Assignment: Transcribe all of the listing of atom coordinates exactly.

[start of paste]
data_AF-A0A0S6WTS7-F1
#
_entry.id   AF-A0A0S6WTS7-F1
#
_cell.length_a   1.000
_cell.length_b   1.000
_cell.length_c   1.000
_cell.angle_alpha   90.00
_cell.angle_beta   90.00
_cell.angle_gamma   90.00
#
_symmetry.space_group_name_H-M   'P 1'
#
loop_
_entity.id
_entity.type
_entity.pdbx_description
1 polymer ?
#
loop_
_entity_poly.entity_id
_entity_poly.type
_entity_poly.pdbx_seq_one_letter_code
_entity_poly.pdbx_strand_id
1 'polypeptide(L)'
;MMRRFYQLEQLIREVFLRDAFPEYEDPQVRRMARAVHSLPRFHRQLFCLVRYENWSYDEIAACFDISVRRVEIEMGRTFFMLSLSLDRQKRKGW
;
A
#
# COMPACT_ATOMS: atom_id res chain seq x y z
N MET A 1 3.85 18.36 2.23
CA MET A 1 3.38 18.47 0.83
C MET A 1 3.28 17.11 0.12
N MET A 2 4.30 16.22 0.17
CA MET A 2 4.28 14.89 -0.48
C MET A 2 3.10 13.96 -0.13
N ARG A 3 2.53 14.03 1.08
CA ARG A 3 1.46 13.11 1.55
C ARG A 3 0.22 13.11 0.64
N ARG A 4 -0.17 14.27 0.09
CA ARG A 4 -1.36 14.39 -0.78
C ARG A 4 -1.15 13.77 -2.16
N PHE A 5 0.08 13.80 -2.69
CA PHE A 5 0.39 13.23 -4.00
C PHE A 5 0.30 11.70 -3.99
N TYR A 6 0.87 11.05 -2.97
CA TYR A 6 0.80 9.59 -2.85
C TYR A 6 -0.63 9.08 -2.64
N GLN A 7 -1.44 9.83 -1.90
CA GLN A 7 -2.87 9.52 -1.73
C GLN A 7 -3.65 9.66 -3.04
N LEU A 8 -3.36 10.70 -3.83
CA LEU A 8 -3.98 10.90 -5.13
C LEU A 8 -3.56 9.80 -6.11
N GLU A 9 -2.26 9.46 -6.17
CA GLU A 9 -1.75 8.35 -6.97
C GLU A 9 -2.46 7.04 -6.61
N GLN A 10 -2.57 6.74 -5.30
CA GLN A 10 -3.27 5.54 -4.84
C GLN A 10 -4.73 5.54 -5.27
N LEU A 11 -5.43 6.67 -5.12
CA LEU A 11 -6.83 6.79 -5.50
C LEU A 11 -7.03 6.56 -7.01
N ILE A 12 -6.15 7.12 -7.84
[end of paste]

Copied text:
data_AF-A0A0S6WTS7-F1
#
_entry.id   AF-A0A0S6WTS7-F1
#
_cell.length_a   1.000
_cell.length_b   1.000
_cell.length_c   1.000
_cell.angle_alpha   90.00
_cell.angle_beta   90.00
_cell.angle_gamma   90.00
#
_symmetry.space_group_name_H-M   'P 1'
#
loop_
_entity.id
_entity.type
_entity.pdbx_description
1 polymer ?
#
loop_
_entity_poly.entity_id
_entity_poly.type
_entity_poly.pdbx_seq_one_letter_code
_entity_poly.pdbx_strand_id
1 'polypeptide(L)'
;MMRRFYQLEQLIREVFLRDAFPEYEDPQVRRMARAVHSLPRFHRQLFCLVRYENWSYDEIAACFDISVRRVEIEMGRTFFMLSLSLDRQKRKGW
;
A
#
# COMPACT_ATOMS: atom_id res chain seq x y z
N MET A 1 3.85 18.36 2.23
CA MET A 1 3.38 18.47 0.83
C MET A 1 3.28 17.11 0.12
N MET A 2 4.30 16.22 0.17
CA MET A 2 4.28 14.89 -0.48
C MET A 2 3.10 13.96 -0.13
N ARG A 3 2.53 14.03 1.08
CA ARG A 3 1.46 13.11 1.55
C ARG A 3 0.22 13.11 0.64
N ARG A 4 -0.17 14.27 0.09
CA ARG A 4 -1.36 14.39 -0.78
C ARG A 4 -1.15 13.77 -2.16
N PHE A 5 0.08 13.80 -2.69
CA PHE A 5 0.39 13.23 -4.00
C PHE A 5 0.30 11.70 -3.99
N TYR A 6 0.87 11.05 -2.97
CA TYR A 6 0.80 9.59 -2.85
C TYR A 6 -0.63 9.08 -2.64
N GLN A 7 -1.44 9.83 -1.90
CA GLN A 7 -2.87 9.52 -1.73
C GLN A 7 -3.65 9.66 -3.04
N LEU A 8 -3.36 10.70 -3.83
CA LEU A 8 -3.98 10.90 -5.13
C LEU A 8 -3.56 9.80 -6.11
N GLU A 9 -2.26 9.46 -6.17
CA GLU A 9 -1.75 8.35 -6.97
C GLU A 9 -2.46 7.04 -6.61
N GLN A 10 -2.57 6.74 -5.30
CA GLN A 10 -3.27 5.54 -4.84
C GLN A 10 -4.73 5.54 -5.27
N LEU A 11 -5.43 6.67 -5.12
CA LEU A 11 -6.83 6.79 -5.50
C LEU A 11 -7.03 6.56 -7.01
N ILE A 12 -6.15 7.12 -7.84